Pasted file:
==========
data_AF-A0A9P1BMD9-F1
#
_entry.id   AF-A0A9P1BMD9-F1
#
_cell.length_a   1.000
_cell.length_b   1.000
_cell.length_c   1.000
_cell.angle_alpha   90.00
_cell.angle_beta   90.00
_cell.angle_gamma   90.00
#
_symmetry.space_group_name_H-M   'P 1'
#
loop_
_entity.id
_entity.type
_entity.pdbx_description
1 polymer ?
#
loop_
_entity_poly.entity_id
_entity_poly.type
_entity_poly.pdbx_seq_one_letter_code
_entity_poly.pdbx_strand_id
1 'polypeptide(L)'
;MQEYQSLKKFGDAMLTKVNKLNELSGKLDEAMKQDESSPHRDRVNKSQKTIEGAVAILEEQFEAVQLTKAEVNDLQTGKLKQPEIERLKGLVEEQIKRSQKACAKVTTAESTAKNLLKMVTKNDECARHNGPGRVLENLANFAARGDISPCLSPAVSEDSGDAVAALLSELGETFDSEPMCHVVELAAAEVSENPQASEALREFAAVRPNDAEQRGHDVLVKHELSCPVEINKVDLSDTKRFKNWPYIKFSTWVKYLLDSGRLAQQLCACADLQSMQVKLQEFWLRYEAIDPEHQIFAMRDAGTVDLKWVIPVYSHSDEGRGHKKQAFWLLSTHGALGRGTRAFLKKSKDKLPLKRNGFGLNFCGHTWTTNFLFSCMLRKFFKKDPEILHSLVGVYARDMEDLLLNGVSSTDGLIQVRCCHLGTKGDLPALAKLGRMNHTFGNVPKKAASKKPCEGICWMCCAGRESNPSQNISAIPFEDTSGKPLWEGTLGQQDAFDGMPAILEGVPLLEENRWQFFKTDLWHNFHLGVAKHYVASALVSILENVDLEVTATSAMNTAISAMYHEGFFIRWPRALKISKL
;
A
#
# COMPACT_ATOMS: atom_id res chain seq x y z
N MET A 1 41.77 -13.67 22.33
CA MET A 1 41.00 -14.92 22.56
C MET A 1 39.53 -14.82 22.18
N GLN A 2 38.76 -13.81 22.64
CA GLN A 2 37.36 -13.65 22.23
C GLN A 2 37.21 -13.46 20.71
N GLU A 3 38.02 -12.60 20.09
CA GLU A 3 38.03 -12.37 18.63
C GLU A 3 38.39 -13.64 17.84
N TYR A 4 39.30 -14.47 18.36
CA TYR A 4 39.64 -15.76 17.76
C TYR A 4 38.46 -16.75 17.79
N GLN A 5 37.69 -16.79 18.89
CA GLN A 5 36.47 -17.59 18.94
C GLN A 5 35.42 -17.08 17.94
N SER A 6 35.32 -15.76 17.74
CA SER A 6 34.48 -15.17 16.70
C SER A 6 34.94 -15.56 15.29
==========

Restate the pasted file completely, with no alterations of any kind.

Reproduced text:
data_AF-A0A9P1BMD9-F1
#
_entry.id   AF-A0A9P1BMD9-F1
#
_cell.length_a   1.000
_cell.length_b   1.000
_cell.length_c   1.000
_cell.angle_alpha   90.00
_cell.angle_beta   90.00
_cell.angle_gamma   90.00
#
_symmetry.space_group_name_H-M   'P 1'
#
loop_
_entity.id
_entity.type
_entity.pdbx_description
1 polymer ?
#
loop_
_entity_poly.entity_id
_entity_poly.type
_entity_poly.pdbx_seq_one_letter_code
_entity_poly.pdbx_strand_id
1 'polypeptide(L)'
;MQEYQSLKKFGDAMLTKVNKLNELSGKLDEAMKQDESSPHRDRVNKSQKTIEGAVAILEEQFEAVQLTKAEVNDLQTGKLKQPEIERLKGLVEEQIKRSQKACAKVTTAESTAKNLLKMVTKNDECARHNGPGRVLENLANFAARGDISPCLSPAVSEDSGDAVAALLSELGETFDSEPMCHVVELAAAEVSENPQASEALREFAAVRPNDAEQRGHDVLVKHELSCPVEINKVDLSDTKRFKNWPYIKFSTWVKYLLDSGRLAQQLCACADLQSMQVKLQEFWLRYEAIDPEHQIFAMRDAGTVDLKWVIPVYSHSDEGRGHKKQAFWLLSTHGALGRGTRAFLKKSKDKLPLKRNGFGLNFCGHTWTTNFLFSCMLRKFFKKDPEILHSLVGVYARDMEDLLLNGVSSTDGLIQVRCCHLGTKGDLPALAKLGRMNHTFGNVPKKAASKKPCEGICWMCCAGRESNPSQNISAIPFEDTSGKPLWEGTLGQQDAFDGMPAILEGVPLLEENRWQFFKTDLWHNFHLGVAKHYVASALVSILENVDLEVTATSAMNTAISAMYHEGFFIRWPRALKISKL
;
A
#
# COMPACT_ATOMS: atom_id res chain seq x y z
N MET A 1 41.77 -13.67 22.33
CA MET A 1 41.00 -14.92 22.56
C MET A 1 39.53 -14.82 22.18
N GLN A 2 38.76 -13.81 22.64
CA GLN A 2 37.36 -13.65 22.23
C GLN A 2 37.21 -13.46 20.71
N GLU A 3 38.02 -12.60 20.09
CA GLU A 3 38.03 -12.37 18.63
C GLU A 3 38.39 -13.64 17.84
N TYR A 4 39.30 -14.47 18.36
CA TYR A 4 39.64 -15.76 17.76
C TYR A 4 38.46 -16.75 17.79
N GLN A 5 37.69 -16.79 18.89
CA GLN A 5 36.47 -17.59 18.94
C GLN A 5 35.42 -17.08 17.94
N SER A 6 35.32 -15.76 17.74
CA SER A 6 34.48 -15.17 16.70
C SER A 6 34.94 -15.56 15.29